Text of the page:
You’ve probably heard the older generation talking about investing your money for the future. Now, what that generally means, is putting away money as early as possible in your life, and while you’re working and years go by, you receive more money from your initial investment. While there are various ways to invest your money, the goal of investment is to have your money work for you over some time, short term or long term. Experts suggest you don’t have to have a large amount of money to start investing, and from as little as $10 a week, or a month, put it away. You may even have $1000 to be invested; here’s a beginners’ guide to help you navigate low-risk investing.
Decide on The Kind of Investments
You need to answer a few ground questions before you commit your money, but the most important one is deciding what kind of investor you want to be. When signing up with a broker, you go through a series of questions and answers to determining your investment appetite and investment goals. This helps you and the broker decide on the kinds of investment to put your money in.
While many investors prefer to invest their money and forget about it for a while, some prefer a hands-on approach, where they get involved in managing the growth of their investment. Many online brokers allow investors to put their money in mutual funds, index funds, bonds, stocks, and the best Canadian ETFs (exchange-traded funds).
Online brokers have two types of services available to their customers, full-service and discount service. The difference between the two service packages is significant, and the fee difference is just as large. A full-service brokerage usually comes with the benefit of a personal financial advisor, covering all money-related issues like healthcare, retirement, and trust funds. This kind of service is exclusive to high-net-worth clients, who can afford the high charges and membership fees that come with the service.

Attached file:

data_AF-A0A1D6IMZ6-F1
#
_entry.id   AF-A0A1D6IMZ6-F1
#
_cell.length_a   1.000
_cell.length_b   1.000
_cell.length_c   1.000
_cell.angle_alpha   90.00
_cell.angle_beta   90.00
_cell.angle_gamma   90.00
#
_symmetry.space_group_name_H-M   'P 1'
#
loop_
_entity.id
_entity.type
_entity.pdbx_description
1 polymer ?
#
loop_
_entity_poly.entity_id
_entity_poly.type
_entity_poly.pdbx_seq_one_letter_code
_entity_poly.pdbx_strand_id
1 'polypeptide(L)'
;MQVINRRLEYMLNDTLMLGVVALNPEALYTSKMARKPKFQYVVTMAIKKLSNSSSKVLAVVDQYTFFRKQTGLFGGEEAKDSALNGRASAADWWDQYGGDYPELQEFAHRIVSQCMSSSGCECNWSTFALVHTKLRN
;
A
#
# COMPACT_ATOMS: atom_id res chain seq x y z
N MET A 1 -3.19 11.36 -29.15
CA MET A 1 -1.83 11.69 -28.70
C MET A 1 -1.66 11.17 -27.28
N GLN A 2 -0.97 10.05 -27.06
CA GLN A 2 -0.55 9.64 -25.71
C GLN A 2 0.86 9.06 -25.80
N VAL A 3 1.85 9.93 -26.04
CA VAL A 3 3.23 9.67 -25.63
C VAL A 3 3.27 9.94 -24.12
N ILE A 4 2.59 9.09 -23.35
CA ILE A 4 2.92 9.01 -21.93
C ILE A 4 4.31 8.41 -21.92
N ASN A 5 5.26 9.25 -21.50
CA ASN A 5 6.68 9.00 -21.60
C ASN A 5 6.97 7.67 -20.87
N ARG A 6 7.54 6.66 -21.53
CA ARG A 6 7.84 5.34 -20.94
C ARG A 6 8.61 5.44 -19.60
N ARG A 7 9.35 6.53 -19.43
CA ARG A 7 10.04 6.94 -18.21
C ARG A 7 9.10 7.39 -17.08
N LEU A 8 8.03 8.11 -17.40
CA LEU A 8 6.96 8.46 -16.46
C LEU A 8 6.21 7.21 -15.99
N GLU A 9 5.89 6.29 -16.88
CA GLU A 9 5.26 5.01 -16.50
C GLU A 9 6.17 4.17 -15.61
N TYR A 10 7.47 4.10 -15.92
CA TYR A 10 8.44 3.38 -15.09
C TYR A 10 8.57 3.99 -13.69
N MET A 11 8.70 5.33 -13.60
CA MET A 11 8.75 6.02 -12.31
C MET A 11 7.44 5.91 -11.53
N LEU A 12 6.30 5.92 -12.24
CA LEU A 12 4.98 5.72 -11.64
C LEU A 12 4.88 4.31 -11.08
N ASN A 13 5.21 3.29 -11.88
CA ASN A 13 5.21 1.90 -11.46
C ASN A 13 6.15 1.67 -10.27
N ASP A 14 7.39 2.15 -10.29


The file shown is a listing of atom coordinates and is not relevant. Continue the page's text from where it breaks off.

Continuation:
A discount broker account is more popular, giving you the freedom to service your own transactions, with automated advisory services available. With no designated financial advisor at your disposal, the most common discount service is the set-it-and-leave-it, and keep viewing the account progress. However, investors should be aware of any additional charges when the account is below the minimum deposit amount.
One of the best investment tools employees can take advantage of is a retirement plan through your employer. Sometimes budgets get a bit too tight, making it rather difficult to invest on your own. With as little as putting away 1% of your salary into your retirement fund, you are guaranteed an automatic deduction. After assessing your contribution to the plan, you can opt to increase the amount to a higher and still comfortable commitment. Another great benefit to this kind of investment is that work-based retirement plans are not taxed, and your salary tax is calculated after this contribution is deducted.
Minimums to Open an Account